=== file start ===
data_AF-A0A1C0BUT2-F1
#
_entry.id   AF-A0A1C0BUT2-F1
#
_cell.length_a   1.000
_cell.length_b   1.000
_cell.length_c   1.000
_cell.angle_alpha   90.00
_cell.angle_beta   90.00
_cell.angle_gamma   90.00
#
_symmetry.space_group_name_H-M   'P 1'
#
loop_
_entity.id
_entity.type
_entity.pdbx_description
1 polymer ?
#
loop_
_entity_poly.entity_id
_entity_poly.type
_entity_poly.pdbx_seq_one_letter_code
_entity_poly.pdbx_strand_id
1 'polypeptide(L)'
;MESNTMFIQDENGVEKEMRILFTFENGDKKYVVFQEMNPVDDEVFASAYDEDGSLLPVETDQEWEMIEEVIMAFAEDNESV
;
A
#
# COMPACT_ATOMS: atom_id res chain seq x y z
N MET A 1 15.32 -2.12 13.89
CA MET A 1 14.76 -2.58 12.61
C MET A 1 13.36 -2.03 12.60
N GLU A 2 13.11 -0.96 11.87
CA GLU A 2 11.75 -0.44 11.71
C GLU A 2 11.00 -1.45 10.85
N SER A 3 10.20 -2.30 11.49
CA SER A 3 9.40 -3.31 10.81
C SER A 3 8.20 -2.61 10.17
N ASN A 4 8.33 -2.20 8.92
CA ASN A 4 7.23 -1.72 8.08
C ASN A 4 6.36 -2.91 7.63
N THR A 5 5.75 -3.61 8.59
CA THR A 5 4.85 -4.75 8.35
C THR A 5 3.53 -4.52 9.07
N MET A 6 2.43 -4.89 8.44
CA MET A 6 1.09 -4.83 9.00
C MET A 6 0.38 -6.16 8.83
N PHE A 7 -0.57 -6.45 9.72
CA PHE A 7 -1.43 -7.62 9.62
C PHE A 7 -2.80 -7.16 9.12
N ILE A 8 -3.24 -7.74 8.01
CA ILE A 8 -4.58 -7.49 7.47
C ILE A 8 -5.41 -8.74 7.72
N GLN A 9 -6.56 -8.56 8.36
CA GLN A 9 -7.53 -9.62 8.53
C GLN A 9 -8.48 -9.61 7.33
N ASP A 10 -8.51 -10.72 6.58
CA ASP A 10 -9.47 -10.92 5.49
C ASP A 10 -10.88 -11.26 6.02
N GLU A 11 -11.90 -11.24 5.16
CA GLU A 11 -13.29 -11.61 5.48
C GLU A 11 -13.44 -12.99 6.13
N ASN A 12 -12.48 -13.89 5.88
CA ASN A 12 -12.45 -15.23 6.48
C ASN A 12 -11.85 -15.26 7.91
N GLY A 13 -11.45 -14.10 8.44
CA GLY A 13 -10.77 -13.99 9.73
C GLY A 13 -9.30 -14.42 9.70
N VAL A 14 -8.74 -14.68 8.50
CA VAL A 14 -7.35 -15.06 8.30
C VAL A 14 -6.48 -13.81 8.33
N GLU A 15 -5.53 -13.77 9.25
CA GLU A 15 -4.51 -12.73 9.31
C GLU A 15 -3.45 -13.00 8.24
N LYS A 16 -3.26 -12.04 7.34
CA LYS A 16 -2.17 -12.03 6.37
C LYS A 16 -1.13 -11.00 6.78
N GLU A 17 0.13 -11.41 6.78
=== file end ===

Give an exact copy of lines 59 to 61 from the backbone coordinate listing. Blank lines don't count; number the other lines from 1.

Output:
CA ASP A 10 -9.47 -10.92 5.49
C ASP A 10 -10.88 -11.26 6.02
N GLU A 11 -11.90 -11.24 5.16